Academic journal article Management Revue

Sustaining the Work Ability and Work Motivation of Lower-Educated Older Workers: Directions for Work Redesign**

Academic journal article Management Revue

Sustaining the Work Ability and Work Motivation of Lower-Educated Older Workers: Directions for Work Redesign**

Article excerpt

This study examines directions for work redesign which might lead to the creation of sustainable jobs for lower-educated older workers (45 years or over, ISCED 0-2) and thus motivate and enable them to extend their working lives. We use longitudinal data on 1,264 older Dutch workers collected by the Netherlands Working Conditions Cohort Study to analyse the characteristics of the work of lower-educated older workers and how these differ from those of higher-educated older workers. The aim is to determine whether work redesign initiatives directed to these characteristics might have the desired effect of enhancing work ability and/or work motivation. This study is unique in its focus on lower-educated older workers as a target group for active ageing policies at the EU, national and company HR levels, and also in its focus on work redesign rather than the training or improvement of the health of workers. Our findings suggest that redesigning social work characteristics can be a first step in developing sustainable jobs for lower-educated older workers. Moreover, a redesign of contextual work characteristics also seems promising.

Key words: work redesign, older workers, lower educated workers, work ability, job characteristics-(JEL: J24, J28, J81)

Introduction

Ageing workers and active ageing policies are high on the EU social policy agenda. Widi the drastic changes in the age structure of the working population in Western Europe and worldwide (European Commission, 2008; United Nations, 2007) the proportion of older employees is increasing, leading to future mass retirement (Vaupel & Loichinger, 2006). Recent projections by Eurostat (2008) show that in the coming decades the proportion of older people (65+) among the total population within the EU-27 will rise from 1 7% in 2006 to 30% in 2050. At the same time, the proportion of people under 25 years of age is expected to decline from 30% in 2000 to 23% in 2050. These trends combined will result in a reduction in the size of the working-age population (25-64), which from 2040 onwards will represent less dian half the total population (Descy, 2006). This will cause an estimated structural labour shortage of 20 million people by the year 2030 in the EU alone (European Commission, 2005).

In order to avert the risk of massive labour shortages and to keep pension and healdi insurance systems affordable, increasing the participation of older workers in the labour market by preventing early forced pension inflows and dius extending the retirement age is currently one of the main focal points of labour market policies in EU countries (Peterson, 1999; Phillipson & Smith, 2005; Proper et al., 2009). Activation policies which have the goal of increasing lifelong learning and employability are also of significance (Sickles & Taubman, 1986; HaU & Mirvis, 1995; OECD, 2006; European Foundation, 2008). These institutional measures and incentives send a clear message to all employees to start diinking about extending their careers rather dian retiring early. At the company level, organizational HR strategies have also begun to focus on the important issue of dealing with future labour shortage risks and enhancing work performance by sustaining the motivation of older workers and their ability to continue working (Rau & Adams, 2005; Armstrong-Stassen, 2008; Kooij, 2010).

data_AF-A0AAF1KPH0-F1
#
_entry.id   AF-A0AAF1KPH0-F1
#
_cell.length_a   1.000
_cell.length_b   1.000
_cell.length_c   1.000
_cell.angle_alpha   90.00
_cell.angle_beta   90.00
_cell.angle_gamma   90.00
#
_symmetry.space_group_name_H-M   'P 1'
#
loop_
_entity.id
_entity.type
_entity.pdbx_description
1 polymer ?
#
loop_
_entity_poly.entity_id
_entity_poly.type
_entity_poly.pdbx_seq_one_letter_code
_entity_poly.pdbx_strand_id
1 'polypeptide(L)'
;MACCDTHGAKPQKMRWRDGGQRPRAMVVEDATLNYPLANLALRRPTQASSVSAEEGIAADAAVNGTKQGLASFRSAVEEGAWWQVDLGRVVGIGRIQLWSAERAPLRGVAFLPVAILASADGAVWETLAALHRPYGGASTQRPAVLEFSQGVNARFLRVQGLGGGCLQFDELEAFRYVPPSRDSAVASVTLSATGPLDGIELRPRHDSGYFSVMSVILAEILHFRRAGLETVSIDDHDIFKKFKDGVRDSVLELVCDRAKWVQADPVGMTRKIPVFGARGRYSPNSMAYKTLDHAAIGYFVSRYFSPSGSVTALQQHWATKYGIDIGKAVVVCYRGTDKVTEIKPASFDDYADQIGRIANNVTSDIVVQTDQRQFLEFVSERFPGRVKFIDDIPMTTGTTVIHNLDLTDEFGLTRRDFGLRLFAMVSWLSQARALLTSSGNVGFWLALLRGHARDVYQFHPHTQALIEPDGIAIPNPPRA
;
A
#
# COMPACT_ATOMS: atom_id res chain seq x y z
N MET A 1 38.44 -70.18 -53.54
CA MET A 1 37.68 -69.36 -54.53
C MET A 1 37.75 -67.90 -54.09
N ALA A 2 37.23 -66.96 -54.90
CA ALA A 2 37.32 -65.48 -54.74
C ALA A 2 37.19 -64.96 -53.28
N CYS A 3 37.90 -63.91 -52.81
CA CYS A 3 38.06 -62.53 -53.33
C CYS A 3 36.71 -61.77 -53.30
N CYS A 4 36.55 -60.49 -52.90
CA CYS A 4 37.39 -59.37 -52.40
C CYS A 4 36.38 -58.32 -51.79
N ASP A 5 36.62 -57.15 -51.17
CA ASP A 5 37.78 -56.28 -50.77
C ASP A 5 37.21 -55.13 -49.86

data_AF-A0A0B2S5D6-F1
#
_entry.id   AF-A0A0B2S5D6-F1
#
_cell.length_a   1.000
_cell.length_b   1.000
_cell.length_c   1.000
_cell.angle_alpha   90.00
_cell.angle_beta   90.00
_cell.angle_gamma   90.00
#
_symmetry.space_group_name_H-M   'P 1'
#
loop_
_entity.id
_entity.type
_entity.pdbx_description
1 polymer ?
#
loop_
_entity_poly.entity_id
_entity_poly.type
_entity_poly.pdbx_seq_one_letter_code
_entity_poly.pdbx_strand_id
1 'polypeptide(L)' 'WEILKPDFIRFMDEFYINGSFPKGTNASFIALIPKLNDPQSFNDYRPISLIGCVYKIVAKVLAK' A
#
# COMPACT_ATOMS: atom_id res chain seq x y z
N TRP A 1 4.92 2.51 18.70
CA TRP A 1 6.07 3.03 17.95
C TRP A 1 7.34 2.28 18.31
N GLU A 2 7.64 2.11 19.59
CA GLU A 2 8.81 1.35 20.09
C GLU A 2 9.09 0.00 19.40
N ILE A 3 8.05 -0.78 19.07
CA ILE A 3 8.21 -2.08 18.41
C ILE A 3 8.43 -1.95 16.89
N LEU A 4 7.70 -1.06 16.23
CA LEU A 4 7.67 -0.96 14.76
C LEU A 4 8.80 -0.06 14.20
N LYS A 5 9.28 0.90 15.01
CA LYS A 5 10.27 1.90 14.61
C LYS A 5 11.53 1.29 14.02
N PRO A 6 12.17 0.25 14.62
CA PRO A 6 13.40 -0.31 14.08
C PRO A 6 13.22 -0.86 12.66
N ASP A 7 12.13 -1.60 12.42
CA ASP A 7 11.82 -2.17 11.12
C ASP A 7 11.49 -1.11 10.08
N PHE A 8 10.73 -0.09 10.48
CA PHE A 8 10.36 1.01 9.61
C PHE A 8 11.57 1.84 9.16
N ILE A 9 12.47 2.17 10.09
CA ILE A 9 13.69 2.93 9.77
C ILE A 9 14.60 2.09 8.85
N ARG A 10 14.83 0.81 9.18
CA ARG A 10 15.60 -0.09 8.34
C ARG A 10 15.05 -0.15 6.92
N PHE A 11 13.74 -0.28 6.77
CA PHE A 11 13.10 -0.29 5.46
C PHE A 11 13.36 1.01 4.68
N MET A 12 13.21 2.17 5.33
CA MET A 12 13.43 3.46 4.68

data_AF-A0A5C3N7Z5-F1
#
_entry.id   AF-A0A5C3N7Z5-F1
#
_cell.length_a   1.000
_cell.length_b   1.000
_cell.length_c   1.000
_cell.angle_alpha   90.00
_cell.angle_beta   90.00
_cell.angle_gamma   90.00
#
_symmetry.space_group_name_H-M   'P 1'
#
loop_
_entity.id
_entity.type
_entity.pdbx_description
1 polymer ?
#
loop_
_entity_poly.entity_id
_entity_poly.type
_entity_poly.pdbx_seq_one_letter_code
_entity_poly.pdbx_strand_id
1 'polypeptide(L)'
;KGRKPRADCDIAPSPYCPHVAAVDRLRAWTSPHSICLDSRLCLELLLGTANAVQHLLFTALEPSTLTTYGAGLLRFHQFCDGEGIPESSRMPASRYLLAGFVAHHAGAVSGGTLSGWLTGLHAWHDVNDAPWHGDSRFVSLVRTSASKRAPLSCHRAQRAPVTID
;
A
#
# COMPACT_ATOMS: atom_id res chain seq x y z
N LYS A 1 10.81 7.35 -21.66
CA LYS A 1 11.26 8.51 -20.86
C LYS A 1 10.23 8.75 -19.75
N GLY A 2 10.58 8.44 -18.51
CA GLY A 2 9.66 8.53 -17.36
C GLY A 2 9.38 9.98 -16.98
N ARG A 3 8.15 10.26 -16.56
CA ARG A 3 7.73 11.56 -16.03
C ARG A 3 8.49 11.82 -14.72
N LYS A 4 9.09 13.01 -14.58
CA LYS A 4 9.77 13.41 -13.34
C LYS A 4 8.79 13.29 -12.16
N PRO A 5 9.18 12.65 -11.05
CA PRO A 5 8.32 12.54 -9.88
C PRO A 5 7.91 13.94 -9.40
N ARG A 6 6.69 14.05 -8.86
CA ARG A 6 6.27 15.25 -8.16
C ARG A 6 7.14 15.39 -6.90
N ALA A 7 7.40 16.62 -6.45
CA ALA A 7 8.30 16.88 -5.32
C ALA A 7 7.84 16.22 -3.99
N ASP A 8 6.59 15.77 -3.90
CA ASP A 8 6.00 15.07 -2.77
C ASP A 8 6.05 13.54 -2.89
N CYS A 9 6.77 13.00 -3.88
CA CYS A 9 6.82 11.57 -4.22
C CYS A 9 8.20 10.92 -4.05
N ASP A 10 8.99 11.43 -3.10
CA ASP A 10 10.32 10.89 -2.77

In this article we focus on older workers, aged 45 years or over, who have received litde or no formal education (ISCED 0-2). Statistics indicate mat they are a high-risk group with regard to healthy and productive - or 'active' - ageing. Older lower-educated workers have poor health in comparison to both younger and highereducated workers (Dutch Statistics, 2008) and this has repeatedly been shown to lead to higher exit rates (Nicoletti & Peracchi, 2001; Phillipson & Smith, 2005; Henkens et al., 2009; Ybema et al., 2009). Stuthes also show that lower-educated workers and older workers more often suffer from chronic illnesses and have higher sickness absence levels in terms of time spent off work (Nauta & Gründemann, 2005; Ybema et al. …

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